EDITORâ€”I read with amazement the speech by President Yoweri Museveni when he was opening the sixth Commonwealth Youth Forum. Freely giving figures and statistics, the President outlined some of reasons why some of commonwealth nations had lagged behind in development.
I wish the Mengo people opposing the land reforms could listen to the Presidentâ€™s speech.
I know those opposing the land reforms are just a few individualistic aristocrats and feudalists who still want Ugandans to continue living as serfs under their total authority.
If Mengo has their subjects at heart, why donâ€™t they give the tenants a chance to freely own land and develop? I donâ€™t understand why the tenants should continue living as squatters on land they inherited from their forefathers. In any case, the Mengo establishment should know that land reforms have been going on worldwide and in most cases they have not been win-win situations. Certain decisions have always drawn negative sentiments in some circles and yet benefited the majority. The land reform issue is becoming controversial and I implore the President to organise a referendum so that the outcome is decided through a popular vote.
I concur with him that for there to be development, there must be social transformation and I believe land reform is one sure way towards achieving this.
EDITORâ€”I welcome the governmentâ€™s proposed amendment to make it criminal for a landowner to evict a lawful customary tenant by occupancy without a lawful court order. This, in my view, is not a new development in the laws of Uganda. It is quite clear that under the 1900 Buganda agreement, vast parcels of land which were occupied by peasants/customary tenants were allotted to chiefs and other prominent Baganda who surveyed and demarcated them with the eventual registration and acquisition of Mailo Certificates of Title. There was at the time no law regulating the relationship between the new mailo owners and the customary tenants.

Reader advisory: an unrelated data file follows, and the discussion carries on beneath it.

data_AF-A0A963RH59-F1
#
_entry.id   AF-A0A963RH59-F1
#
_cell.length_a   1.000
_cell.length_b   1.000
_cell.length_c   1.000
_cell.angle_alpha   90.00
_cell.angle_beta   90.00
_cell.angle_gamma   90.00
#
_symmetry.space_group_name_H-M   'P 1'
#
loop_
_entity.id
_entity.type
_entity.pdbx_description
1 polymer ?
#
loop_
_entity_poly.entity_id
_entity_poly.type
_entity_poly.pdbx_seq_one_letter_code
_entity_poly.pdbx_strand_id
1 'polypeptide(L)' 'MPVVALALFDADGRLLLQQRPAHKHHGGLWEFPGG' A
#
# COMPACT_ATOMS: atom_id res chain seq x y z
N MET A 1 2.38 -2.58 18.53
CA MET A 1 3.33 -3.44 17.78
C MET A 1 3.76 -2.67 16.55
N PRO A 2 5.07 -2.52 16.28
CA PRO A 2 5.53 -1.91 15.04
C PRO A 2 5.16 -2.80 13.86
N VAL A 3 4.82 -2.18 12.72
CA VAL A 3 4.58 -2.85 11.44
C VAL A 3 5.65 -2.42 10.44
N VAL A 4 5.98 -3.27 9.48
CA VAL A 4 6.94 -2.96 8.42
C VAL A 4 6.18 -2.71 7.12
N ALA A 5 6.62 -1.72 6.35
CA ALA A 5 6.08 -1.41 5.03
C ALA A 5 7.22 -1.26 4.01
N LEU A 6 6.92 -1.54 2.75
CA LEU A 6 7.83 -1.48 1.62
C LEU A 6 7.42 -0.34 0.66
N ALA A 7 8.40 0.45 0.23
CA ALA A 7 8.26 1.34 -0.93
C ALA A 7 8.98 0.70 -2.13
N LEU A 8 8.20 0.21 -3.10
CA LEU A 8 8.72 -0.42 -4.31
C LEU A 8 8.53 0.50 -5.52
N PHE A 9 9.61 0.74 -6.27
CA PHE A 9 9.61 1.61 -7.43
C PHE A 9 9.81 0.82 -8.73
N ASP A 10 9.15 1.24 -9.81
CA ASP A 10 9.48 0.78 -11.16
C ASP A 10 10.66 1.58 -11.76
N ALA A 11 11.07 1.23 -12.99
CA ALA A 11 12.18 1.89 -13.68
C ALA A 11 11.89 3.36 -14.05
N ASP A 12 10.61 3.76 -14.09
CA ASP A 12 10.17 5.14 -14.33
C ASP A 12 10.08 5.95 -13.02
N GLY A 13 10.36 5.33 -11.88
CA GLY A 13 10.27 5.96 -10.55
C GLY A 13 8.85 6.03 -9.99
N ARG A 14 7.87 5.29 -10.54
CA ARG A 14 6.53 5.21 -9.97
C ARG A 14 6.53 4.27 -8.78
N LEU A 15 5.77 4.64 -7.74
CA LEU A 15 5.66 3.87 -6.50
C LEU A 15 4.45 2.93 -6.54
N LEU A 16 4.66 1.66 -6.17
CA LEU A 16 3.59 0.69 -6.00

At the end of the First World War in 1918, many ex-soldiers returned with a lot of money. By 1920, they had bought many bibanjas, not from the peasants, but directly from the mailo owners.
These bibanja had been occupied and developed as coffee and banana plantations for many years.
The mailo owners were being paid ground rent and royalties in terms of bags of coffee or cotton produced by the peasant farmers which the mailo owners demanded without any negotiation and depending of the number of bags produced. between 1920 and 1926, the peasants refused to grow coffee until Government intervened and forced them to grow and harvest the crop by flogging whoever refused to do so.
This kind of mistreatment resulted in civil disturbances and later gave rise to the enactment of the busuulu and the envujjo law of 1928.
The most significant development under that law was that no customary tenant would be evicted from their bibanja without an order by the then Principal Court of mengo. It was always an uphill task for a mailo owner to terminate a customary tenure. So, this new proposed land amendment is most welcome particularly where mailo owners mortgage their land to banks when they have customary tenants on that land.
In the event of default, it is the tenants who must pay or be evicted when they were not party to the transaction!
Land amendment law is most welcome